Geometric covers, graph orientations, counter games

Publication: ResearchPh.D. thesis

Geometric Cover is a large family of NP-complete special cases of the broader Set Cover problem.
Unlike the general problem, Geometric Cover involves objects that exist in a geometric setting,
consequently implying that they are all restricted to obeying some inherent structure. The
archetypal example is Line Cover, also known as Point-Line Cover, where a set of points in
a geometric space are to be covered by placing a restricted number of lines. We present new
FPT algorithms for the sub-family Curve Cover (which includes Line Cover), as well as for
Hyperplane Cover restricted to R 3 (i.e. Plane Cover), with improved time complexity compared
to the previous best results. Our improvements are derived from a more careful treatment of
the geometric properties of the covering objects than before, and invoking incidence bounds
from pure geometry.
An orientation of an un-directed graph is a directed version of it, i.e. where every un-directed
edge in the original graph has been replaced by a directed edge, incident on the same two vertices,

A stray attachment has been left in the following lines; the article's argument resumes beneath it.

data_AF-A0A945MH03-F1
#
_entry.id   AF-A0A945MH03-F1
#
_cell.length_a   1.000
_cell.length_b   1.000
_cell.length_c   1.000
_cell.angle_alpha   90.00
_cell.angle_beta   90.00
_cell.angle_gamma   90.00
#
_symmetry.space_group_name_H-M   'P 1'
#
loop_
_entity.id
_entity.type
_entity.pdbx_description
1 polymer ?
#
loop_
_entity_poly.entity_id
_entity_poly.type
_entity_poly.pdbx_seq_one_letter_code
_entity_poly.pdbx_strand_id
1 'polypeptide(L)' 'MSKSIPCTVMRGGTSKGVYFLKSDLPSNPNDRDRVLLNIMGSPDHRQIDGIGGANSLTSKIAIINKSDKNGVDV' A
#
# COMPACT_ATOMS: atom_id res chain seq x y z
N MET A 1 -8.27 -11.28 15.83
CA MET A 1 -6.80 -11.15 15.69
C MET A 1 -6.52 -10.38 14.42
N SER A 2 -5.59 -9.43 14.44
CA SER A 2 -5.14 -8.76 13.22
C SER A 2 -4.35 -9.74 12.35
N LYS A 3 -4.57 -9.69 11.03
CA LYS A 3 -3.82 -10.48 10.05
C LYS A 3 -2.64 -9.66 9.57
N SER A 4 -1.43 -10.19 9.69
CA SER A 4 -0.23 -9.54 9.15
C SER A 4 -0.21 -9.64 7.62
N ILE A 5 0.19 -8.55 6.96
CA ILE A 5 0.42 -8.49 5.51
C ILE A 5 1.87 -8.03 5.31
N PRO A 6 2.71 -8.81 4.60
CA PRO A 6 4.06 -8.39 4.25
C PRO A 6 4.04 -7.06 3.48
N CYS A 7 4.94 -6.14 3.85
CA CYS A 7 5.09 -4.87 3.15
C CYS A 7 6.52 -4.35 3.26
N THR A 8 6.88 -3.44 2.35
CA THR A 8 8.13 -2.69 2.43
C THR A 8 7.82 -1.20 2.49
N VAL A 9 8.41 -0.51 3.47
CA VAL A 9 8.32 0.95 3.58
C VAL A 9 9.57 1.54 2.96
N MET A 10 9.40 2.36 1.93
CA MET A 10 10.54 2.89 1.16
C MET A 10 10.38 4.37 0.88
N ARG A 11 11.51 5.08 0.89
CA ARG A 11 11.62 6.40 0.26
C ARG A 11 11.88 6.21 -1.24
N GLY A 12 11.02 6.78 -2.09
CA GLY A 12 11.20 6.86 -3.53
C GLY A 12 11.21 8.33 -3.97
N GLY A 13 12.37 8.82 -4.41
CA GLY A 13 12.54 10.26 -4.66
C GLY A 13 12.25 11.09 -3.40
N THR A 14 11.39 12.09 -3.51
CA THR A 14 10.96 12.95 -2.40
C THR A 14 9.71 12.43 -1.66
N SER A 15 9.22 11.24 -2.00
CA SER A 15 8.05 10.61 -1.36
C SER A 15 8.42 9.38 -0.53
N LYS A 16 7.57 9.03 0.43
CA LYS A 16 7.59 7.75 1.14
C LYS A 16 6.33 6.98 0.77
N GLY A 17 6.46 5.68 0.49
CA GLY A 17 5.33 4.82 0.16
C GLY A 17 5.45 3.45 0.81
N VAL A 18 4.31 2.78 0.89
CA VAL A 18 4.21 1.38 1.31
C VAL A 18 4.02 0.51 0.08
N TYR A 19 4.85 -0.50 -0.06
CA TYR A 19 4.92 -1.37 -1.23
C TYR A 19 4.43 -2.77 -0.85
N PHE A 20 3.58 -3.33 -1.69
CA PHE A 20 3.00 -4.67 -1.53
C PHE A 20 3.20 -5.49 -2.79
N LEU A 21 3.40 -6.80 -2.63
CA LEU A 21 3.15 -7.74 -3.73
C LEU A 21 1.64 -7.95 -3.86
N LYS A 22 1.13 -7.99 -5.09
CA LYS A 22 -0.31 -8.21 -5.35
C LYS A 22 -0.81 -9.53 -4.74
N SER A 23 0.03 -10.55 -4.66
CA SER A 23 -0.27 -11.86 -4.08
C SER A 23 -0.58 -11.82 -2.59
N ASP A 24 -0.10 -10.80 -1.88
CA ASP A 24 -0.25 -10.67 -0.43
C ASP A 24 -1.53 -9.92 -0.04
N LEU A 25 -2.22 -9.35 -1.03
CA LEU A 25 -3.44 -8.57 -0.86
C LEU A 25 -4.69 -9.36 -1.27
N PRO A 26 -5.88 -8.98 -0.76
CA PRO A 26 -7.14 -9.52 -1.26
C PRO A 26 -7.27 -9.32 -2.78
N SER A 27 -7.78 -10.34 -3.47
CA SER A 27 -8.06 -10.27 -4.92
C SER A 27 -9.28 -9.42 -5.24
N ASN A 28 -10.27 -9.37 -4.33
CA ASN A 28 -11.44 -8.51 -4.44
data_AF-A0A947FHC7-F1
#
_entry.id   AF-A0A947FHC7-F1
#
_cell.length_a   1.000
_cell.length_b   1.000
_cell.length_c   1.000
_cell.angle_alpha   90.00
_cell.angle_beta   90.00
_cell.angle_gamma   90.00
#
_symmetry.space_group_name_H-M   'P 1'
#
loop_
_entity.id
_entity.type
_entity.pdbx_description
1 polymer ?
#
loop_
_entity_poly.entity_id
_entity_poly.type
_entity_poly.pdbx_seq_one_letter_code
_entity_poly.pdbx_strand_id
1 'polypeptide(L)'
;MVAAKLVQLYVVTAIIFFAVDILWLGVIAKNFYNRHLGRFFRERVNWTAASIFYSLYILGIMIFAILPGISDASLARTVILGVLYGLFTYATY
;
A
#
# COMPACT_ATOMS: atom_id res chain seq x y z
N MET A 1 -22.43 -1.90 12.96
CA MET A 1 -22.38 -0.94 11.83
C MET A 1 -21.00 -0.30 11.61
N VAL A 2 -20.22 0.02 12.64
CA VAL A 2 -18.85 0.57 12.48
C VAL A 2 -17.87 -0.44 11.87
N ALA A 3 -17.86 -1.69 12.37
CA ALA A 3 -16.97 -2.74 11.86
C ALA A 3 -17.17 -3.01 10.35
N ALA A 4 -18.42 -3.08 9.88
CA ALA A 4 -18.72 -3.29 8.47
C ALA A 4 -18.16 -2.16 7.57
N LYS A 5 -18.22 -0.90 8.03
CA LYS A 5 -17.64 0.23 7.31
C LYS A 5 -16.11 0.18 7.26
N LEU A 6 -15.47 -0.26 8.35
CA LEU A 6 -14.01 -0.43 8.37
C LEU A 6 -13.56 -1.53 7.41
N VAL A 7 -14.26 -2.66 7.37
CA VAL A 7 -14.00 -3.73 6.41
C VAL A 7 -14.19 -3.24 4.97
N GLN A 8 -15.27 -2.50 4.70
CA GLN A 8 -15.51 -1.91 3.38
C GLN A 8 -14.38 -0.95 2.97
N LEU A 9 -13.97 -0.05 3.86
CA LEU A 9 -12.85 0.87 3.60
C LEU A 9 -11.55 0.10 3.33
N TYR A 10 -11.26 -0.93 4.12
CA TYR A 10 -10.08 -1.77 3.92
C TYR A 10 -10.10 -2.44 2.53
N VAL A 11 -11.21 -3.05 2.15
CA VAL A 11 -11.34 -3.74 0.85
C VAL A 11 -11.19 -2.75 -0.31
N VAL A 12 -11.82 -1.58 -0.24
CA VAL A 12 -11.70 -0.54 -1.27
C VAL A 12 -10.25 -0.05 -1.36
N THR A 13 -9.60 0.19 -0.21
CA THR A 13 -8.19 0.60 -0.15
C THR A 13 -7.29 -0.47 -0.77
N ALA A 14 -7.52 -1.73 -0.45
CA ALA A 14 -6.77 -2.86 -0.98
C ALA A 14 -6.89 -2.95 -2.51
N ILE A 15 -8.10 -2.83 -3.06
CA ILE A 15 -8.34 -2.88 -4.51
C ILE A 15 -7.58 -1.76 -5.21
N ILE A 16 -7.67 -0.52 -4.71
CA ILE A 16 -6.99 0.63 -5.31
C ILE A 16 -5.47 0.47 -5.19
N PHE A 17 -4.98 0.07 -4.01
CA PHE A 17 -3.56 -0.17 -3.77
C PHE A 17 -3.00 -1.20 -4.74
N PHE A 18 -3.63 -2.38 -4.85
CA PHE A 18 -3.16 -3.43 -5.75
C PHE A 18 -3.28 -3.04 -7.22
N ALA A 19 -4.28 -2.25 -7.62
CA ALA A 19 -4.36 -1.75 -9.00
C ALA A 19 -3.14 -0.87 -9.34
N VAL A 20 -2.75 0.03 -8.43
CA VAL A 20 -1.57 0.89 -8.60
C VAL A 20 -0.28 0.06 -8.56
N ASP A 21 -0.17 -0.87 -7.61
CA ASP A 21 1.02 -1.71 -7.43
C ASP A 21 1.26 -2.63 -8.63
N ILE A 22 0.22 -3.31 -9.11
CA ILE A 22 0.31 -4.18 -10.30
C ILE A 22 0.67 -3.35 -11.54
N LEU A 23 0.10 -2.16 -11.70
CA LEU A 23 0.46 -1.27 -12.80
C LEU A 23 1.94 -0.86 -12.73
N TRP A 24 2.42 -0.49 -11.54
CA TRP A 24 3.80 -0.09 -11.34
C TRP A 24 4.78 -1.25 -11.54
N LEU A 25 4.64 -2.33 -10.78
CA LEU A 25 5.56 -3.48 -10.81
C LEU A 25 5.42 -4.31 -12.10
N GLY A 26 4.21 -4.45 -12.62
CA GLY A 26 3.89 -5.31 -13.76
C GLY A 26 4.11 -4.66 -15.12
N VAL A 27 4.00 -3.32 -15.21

in either direction. Graph orientations with low out-degree are desirable as the foundation of
data structures with many applications. If the un-directed graph is dynamic (can be altered
by some outside actor), some orientations may need to be reversed in order to maintain the
low out-degree. We present a new algorithm that is simpler than earlier work, yet matches or
outperforms the efficiency of these results with very few exceptions.
Counter games are a type of abstract game played over a set of counters holding values,
and these values may be moved between counters according to some set of rules. Typically
they are played between two players: the adversary who tries to concentrate the greatest value
possible in a single counter, and the benevolent player who tries to prevent the adversary from
doing so. These counter games are sometimes used as a behind-the-scenes tool for proving the
efficiency of an algorithm, i.e. proving that the adversary is unable concentrate more than some
specific value in a counter, also proves that the algorithm cannot perform worse than this value.
We develop a new counter game with only one player (the adversary), and use it to prove the
efficiency of the graph orientation algorithm.
Original languageEnglish
Number of pages81
StateSubmitted - 13 Sep 2017

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